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dc.contributor.authorBourguignon, Emmanuel L. T.en
dc.date.accessioned2008-11-18T02:12:35Z
dc.date.issued2008en
dc.identifier.urihttps://hdl.handle.net/10182/641
dc.description.abstractThe overall aim of this research was to improve the understanding of the ecology and diversity of Trichoderma species within the soil and rhizosphere of onion (Allium cepa L.) and potato (Solanum tuberosum L.) under intensive management in New Zealand. The indigenous Trichoderma population was measured in a field trial at Pukekohe over a three year period under six different crop rotation treatments. The treatments included two continuous onion and potato rotations (intensive), two onion/potato mixed rotation (conventional), and two green manure rotations (sustainable). Results showed that Trichoderma populations were stable in both the rhizosphere and bulk soil (1.5 x 10² to 8.5 x 10³ CFU g⁻¹ ODS). The planting and incorporation of an oat (Avena sativa L.) green manure in the sustainable rotations positively increased Trichoderma colony forming unit (CFU) numbers in the rhizosphere soil from 3.4 x 10² to 2.5 x 10³ g⁻¹ ODS. A Trichoderma species identification method was developed based on colony morphology. Representative isolates were verified using restriction fragment length polymorphism (RFLP) and DNA sequencing. The method allowed for rapid and reliable identification of isolated Trichoderma species. Five species were identified in the Pukekohe soil: T. asperellum, T. atroviride, T. hamatum, T. harzianum and T. koningii. Results showed identical species diversity between the rhizosphere, rhizoplane and bulk soil. The species did not strongly compete between each other for the rhizosphere ecological niche and differences in species proportions seemed to be caused by environmental factors rather than the rotation treatments. The incorporation of oat green manure in pots did not significantly promote the indigenous Trichoderma population size and diversity in the rhizosphere of onion plants up to 4 months old. The identified species were the same as in the field trial. The incorporation of onion scale residues was shown to result in low Trichoderma and high Penicillium CFU numbers and a reduction in plant size. Additionally, the presence of high levels (6.0 x 10⁵ CFU g⁻¹ ODS) of Penicillium CFU was negatively correlated with the presence of Trichoderma CFU. The effect of oat incorporation on Trichoderma saprophytic growth was also investigated in a soil sandwich assay and revealed no significant differences. A series of experiments indicated that onion extract obtained from dry onion scale residues had no antifungal activity against either Trichoderma or Penicillium and instead tended to promote their hyphal growth and sporulation. It also showed that competition between Penicillium and Trichoderma isolates was limited despite the ability of Penicillium to produce a wide range of inhibitory substances. Four indigenous Trichoderma species (T. atroviride, T. hamatum, T. harzianum and T. koningii) were shown to be rhizosphere competent in a split tube experiment over a 6 week period. The results of this experiment revealed that, the Trichoderma species clearly displayed differences in their ability to colonise the rhizosphere of young onion seedlings. Species such as T. koningii had the greatest rhizosphere colonising ability regardless of soil depth while T. harzianum displayed the weakest ability. Results also indicated that when inoculated as a mixture the four species competed with one another to colonise the rhizosphere. Overall, this research indicated that the studied crop rotation treatments and the use of oat as a green manure did not strongly promote indigenous Trichoderma populations. Species diversity was constant throughout the research with T. hamatum and T. koningii being the most frequently isolated species.en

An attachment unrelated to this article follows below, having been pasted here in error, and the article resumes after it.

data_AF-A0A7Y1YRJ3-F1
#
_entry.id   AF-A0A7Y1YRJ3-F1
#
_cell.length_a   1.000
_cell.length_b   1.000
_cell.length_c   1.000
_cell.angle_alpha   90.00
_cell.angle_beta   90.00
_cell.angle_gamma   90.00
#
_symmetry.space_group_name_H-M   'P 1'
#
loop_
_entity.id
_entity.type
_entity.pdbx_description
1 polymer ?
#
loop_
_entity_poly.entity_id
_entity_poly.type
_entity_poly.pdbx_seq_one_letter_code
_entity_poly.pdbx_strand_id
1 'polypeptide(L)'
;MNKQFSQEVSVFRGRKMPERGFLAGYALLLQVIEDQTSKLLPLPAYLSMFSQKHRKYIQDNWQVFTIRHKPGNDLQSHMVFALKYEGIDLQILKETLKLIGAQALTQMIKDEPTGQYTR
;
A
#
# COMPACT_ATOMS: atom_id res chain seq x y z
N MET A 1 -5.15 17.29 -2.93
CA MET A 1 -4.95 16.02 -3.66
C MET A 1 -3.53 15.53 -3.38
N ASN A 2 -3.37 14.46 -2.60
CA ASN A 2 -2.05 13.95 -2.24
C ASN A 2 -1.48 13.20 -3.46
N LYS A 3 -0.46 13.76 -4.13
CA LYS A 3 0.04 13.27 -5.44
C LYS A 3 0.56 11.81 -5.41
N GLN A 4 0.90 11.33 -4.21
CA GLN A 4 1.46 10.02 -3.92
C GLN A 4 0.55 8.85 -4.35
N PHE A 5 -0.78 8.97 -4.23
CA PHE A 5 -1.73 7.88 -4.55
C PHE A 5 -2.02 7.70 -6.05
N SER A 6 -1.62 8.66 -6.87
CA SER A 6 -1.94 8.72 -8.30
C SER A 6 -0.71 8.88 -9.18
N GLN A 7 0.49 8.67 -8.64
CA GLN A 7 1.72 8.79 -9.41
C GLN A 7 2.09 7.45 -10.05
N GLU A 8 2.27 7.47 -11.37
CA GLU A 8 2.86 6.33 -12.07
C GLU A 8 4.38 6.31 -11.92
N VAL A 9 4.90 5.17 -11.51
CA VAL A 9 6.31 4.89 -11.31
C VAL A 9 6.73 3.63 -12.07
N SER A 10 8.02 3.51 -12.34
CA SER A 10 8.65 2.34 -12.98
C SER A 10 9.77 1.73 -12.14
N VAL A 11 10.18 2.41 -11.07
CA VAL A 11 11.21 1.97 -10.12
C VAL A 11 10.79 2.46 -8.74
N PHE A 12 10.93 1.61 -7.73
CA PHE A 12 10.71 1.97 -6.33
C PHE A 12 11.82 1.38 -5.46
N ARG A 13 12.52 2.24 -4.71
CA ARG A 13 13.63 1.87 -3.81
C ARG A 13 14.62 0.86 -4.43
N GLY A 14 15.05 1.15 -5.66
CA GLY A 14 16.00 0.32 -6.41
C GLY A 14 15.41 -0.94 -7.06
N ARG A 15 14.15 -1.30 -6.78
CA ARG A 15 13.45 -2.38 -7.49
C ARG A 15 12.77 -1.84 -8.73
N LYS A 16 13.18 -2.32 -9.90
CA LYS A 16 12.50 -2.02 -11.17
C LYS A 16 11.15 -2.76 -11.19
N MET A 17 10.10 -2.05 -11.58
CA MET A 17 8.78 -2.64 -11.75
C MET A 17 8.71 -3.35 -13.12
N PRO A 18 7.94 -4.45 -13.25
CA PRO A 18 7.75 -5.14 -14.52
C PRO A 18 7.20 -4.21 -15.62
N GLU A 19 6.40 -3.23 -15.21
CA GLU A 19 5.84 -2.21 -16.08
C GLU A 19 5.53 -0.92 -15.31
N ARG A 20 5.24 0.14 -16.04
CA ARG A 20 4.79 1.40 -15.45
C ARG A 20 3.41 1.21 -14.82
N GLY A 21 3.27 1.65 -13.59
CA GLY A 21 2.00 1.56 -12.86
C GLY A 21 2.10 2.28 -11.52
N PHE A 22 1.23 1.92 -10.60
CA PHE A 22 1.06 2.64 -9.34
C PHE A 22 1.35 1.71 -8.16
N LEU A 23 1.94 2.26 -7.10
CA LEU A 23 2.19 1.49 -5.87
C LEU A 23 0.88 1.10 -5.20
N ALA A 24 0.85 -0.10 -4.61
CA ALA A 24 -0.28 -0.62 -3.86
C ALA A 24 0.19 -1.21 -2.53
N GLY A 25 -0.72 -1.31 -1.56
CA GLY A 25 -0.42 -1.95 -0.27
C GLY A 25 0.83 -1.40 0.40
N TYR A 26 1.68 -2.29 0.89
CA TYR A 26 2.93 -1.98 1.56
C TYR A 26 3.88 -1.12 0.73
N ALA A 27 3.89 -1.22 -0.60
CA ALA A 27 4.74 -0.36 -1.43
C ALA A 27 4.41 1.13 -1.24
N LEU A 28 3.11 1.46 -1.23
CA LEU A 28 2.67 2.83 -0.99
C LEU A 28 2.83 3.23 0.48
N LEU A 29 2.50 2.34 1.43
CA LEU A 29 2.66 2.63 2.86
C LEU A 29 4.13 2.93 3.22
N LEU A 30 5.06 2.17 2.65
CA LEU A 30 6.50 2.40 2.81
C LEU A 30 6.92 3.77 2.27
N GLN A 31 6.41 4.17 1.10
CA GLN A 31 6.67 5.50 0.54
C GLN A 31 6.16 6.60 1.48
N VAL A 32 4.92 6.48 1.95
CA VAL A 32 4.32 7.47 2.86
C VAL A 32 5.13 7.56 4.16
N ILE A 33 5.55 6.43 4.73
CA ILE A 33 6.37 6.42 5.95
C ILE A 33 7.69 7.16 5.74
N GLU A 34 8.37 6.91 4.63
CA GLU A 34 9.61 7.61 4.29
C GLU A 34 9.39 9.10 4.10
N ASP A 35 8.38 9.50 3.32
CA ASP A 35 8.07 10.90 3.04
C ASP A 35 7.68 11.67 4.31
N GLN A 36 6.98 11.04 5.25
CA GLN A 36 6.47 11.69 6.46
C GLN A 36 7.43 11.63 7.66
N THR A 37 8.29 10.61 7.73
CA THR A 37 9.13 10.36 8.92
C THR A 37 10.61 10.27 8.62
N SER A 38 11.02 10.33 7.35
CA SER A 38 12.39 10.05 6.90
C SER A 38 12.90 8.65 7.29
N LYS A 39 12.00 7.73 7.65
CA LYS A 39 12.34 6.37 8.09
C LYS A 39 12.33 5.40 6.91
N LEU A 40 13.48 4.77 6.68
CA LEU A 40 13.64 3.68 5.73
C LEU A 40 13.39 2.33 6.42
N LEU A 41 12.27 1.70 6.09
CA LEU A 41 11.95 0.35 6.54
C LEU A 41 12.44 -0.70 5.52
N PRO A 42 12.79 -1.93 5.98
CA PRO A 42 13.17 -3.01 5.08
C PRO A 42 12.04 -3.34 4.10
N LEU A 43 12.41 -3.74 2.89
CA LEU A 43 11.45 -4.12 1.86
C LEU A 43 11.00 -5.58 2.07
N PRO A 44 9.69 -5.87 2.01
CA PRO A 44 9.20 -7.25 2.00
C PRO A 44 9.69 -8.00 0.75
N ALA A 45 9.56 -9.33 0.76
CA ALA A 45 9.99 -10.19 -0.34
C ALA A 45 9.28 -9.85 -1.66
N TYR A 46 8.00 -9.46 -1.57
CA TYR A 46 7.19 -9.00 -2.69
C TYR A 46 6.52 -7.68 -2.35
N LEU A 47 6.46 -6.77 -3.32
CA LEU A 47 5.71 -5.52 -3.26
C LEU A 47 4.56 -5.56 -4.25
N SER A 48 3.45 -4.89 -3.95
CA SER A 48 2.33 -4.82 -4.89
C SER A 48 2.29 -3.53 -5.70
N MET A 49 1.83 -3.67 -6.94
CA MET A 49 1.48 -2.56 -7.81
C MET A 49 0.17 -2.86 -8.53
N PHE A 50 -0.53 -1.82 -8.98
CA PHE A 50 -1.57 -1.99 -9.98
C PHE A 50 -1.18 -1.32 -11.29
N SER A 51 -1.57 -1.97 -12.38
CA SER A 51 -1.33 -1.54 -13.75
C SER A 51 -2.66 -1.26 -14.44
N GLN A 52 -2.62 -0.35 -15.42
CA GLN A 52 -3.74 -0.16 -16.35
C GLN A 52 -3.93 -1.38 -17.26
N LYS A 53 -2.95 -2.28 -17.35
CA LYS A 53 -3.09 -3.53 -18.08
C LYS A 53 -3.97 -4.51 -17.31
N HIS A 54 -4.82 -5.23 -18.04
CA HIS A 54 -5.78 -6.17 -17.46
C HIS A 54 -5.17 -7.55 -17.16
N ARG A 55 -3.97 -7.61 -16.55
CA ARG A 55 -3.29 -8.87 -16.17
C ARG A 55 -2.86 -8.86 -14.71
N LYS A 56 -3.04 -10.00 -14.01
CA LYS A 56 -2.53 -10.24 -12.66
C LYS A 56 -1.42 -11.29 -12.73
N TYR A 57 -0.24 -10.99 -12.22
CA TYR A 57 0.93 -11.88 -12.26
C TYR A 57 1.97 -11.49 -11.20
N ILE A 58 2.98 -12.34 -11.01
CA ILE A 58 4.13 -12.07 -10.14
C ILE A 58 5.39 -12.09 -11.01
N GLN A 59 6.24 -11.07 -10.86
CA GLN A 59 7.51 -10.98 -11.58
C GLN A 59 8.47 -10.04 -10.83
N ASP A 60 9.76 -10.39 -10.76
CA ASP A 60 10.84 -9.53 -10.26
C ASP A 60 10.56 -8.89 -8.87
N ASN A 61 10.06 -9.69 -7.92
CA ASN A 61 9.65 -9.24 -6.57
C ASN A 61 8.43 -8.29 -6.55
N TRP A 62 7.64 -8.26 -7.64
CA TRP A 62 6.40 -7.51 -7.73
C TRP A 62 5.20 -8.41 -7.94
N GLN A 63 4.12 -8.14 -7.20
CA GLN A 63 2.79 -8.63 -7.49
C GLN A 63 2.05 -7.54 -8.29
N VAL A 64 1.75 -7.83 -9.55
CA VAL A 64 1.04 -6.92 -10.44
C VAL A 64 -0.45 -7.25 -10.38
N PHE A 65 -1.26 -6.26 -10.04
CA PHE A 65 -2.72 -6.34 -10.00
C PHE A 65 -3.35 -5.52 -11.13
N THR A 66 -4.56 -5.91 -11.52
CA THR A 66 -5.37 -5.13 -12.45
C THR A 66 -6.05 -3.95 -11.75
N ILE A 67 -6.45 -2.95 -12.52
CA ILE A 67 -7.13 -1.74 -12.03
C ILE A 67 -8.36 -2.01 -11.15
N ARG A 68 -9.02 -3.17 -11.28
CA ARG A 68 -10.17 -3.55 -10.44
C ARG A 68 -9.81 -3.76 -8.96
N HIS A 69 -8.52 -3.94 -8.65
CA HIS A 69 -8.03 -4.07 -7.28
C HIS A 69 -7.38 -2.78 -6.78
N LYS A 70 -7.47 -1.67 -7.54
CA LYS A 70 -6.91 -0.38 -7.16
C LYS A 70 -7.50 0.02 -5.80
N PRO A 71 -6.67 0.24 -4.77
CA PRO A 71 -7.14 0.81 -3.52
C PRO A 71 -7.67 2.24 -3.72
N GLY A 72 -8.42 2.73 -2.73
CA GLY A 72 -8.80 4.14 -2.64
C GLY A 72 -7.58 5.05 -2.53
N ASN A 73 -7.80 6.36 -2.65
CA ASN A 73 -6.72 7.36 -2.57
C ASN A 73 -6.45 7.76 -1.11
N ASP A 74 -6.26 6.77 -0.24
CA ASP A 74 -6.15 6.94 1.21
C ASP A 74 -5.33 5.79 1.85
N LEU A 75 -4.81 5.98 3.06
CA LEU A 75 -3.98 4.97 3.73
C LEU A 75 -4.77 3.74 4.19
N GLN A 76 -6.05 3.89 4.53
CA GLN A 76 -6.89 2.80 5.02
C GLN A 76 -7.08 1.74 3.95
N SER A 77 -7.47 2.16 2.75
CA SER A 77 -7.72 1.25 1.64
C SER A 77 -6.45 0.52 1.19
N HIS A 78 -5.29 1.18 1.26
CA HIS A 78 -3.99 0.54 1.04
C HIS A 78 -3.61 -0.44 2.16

dc.format.extent1-235en
dc.language.isoenen
dc.publisherLincoln Universityen
dc.subjectAllium cepaen
dc.subjectTrichodermaen
dc.subjectrhizosphereen
dc.subjectecologyen
dc.subjectindigenousen
dc.subjectpopulationen
dc.subjectcrop rotationen
dc.subjectSolanum tuberosum L.en
dc.subjectAvena sativa L.en
dc.subjectgreen manureen
dc.subjectamendmentsen
dc.subjectspecies diversityen
dc.subjectidentificationen
dc.subjectRFLPen
dc.subjectPenicilliumen
dc.subjectrhizosphere competenceen
dc.titleEcology and diversity of indigenous Trichoderma species in vegetable cropping systemsen
dc.typeThesis
thesis.degree.grantorLincoln Universityen
thesis.degree.levelDoctoralen
thesis.degree.nameDoctor of Philosophyen
dc.subject.marsdenFields of Research::300000 Agricultural, Veterinary and Environmental Sciences::300100 Soil and Water Sciences::300102 Soil biologyen
dc.subject.marsdenFields of Research::300000 Agricultural, Veterinary and Environmental Sciences::300300 Horticultureen
dc.subject.marsdenFields of Research::270000 Biological Sciences::270300 Microbiology::270305 Mycologyen
lu.contributor.unitLincoln Universityen
lu.contributor.unitBio-Protection and Ecologyen
pubs.organisational-group/LU
pubs.organisational-group/LU/BPEC
pubs.publication-statusPublisheden
dc.publisher.placeLincoln, Christchurchen


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